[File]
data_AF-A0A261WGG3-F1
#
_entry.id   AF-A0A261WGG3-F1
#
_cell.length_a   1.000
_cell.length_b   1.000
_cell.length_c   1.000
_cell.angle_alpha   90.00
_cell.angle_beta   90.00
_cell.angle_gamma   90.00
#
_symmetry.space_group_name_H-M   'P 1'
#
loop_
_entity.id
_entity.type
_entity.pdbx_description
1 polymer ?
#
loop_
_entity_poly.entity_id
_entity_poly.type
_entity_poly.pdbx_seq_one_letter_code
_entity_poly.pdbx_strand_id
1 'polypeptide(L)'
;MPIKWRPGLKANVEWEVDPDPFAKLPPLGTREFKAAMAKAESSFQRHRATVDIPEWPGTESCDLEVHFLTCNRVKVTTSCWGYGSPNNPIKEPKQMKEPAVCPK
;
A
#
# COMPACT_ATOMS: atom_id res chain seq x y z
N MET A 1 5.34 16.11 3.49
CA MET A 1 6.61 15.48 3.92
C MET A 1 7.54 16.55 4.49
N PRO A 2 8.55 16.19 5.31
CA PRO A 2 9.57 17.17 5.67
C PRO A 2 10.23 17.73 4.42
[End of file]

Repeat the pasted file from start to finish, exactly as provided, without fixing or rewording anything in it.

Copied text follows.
data_AF-A0A261WGG3-F1
#
_entry.id   AF-A0A261WGG3-F1
#
_cell.length_a   1.000
_cell.length_b   1.000
_cell.length_c   1.000
_cell.angle_alpha   90.00
_cell.angle_beta   90.00
_cell.angle_gamma   90.00
#
_symmetry.space_group_name_H-M   'P 1'
#
loop_
_entity.id
_entity.type
_entity.pdbx_description
1 polymer ?
#
loop_
_entity_poly.entity_id
_entity_poly.type
_entity_poly.pdbx_seq_one_letter_code
_entity_poly.pdbx_strand_id
1 'polypeptide(L)'
;MPIKWRPGLKANVEWEVDPDPFAKLPPLGTREFKAAMAKAESSFQRHRATVDIPEWPGTESCDLEVHFLTCNRVKVTTSCWGYGSPNNPIKEPKQMKEPAVCPK
;
A
#
# COMPACT_ATOMS: atom_id res chain seq x y z
N MET A 1 5.34 16.11 3.49
CA MET A 1 6.61 15.48 3.92
C MET A 1 7.54 16.55 4.49
N PRO A 2 8.55 16.19 5.31
CA PRO A 2 9.57 17.17 5.67
C PRO A 2 10.23 17.73 4.42